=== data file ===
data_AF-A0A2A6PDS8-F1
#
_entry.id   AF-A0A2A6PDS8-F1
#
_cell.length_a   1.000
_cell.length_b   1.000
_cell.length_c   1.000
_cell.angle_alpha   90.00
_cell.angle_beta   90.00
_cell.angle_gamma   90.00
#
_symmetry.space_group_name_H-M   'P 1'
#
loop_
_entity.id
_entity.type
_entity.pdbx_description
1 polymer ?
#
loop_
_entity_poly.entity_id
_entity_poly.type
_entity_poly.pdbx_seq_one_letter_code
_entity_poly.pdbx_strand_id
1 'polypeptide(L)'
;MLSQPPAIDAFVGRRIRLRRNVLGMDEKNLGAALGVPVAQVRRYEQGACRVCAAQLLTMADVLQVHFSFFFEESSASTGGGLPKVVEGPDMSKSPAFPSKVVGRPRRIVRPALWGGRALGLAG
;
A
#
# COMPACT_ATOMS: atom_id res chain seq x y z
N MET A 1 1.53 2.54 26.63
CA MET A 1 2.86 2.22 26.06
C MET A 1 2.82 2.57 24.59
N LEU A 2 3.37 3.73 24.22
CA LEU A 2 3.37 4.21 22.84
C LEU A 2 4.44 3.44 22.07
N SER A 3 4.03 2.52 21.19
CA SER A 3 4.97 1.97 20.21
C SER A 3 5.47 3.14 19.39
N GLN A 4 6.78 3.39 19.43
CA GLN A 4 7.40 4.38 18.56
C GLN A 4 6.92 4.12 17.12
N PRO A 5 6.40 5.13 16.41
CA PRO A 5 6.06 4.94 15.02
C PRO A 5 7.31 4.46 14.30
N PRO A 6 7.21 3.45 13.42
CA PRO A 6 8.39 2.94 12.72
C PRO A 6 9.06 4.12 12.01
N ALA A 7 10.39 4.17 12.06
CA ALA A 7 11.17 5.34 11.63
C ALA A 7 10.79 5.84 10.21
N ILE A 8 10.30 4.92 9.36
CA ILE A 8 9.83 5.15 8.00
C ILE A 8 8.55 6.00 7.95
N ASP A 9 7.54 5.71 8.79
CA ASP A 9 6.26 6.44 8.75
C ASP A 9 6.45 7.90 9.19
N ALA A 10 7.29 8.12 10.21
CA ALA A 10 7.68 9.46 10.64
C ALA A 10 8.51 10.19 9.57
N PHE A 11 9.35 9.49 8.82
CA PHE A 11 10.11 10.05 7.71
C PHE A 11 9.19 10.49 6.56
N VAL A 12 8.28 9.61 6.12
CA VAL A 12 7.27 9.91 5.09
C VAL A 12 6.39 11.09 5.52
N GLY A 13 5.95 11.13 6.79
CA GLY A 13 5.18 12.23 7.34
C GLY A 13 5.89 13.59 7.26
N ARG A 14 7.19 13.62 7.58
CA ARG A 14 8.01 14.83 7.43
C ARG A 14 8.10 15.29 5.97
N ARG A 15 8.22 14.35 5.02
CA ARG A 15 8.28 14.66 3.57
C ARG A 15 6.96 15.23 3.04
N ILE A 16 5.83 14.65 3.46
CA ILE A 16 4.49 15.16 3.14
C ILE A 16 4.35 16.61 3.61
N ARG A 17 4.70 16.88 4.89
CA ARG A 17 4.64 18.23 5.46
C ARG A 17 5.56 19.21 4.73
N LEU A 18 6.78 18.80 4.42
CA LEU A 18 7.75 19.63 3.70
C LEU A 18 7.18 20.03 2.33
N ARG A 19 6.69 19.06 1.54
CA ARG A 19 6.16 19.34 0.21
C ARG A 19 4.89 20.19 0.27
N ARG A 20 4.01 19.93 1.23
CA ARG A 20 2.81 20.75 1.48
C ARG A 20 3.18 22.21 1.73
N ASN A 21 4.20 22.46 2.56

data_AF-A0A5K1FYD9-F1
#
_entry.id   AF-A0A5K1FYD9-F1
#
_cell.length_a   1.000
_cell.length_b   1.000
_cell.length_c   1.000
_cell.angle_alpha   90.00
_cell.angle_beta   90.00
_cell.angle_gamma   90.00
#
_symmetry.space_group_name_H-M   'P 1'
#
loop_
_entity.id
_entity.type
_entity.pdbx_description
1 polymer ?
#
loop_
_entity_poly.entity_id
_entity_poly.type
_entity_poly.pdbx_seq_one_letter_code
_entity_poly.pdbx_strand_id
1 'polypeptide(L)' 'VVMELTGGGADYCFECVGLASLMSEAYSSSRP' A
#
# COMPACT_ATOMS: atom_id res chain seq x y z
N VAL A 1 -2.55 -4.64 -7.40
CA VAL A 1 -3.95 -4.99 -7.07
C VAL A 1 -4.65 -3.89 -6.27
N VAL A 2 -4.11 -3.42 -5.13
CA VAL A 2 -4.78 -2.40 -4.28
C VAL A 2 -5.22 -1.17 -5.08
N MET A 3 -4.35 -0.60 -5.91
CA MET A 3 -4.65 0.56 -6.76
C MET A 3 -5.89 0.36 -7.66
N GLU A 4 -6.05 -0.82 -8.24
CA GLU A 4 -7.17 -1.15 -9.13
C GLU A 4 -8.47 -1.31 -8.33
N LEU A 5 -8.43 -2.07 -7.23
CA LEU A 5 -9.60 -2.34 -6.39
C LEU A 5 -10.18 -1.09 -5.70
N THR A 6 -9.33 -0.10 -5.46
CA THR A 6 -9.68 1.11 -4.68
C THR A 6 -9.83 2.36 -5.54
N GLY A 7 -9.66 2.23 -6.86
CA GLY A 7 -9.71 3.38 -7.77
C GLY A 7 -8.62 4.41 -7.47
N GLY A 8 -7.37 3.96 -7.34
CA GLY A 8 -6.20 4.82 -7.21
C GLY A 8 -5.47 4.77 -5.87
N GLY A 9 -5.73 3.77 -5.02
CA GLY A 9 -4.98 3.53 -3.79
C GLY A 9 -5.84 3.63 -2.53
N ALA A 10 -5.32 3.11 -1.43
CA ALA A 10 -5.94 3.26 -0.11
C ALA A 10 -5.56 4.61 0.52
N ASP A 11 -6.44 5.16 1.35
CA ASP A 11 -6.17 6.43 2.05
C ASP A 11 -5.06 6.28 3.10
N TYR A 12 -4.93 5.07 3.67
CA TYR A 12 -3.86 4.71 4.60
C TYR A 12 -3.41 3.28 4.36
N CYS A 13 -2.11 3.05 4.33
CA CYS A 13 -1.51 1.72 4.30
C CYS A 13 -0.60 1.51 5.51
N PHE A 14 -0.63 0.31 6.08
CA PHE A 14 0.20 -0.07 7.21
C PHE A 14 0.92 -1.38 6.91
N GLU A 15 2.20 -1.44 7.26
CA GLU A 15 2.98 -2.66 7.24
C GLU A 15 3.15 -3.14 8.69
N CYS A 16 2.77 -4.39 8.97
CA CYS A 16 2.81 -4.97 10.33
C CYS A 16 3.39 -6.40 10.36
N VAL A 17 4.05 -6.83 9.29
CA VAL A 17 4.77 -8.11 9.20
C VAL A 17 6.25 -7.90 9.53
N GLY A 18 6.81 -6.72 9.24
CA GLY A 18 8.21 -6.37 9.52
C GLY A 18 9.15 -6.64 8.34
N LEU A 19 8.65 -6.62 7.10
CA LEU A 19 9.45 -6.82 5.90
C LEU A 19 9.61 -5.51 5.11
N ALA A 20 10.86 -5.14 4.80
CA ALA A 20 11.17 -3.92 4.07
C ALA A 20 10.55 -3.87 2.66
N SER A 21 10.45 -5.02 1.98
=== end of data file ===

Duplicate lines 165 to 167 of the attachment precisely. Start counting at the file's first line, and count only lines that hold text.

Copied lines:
CA CYS A 16 2.81 -4.97 10.33
C CYS A 16 3.39 -6.40 10.36
N VAL A 17 4.05 -6.83 9.29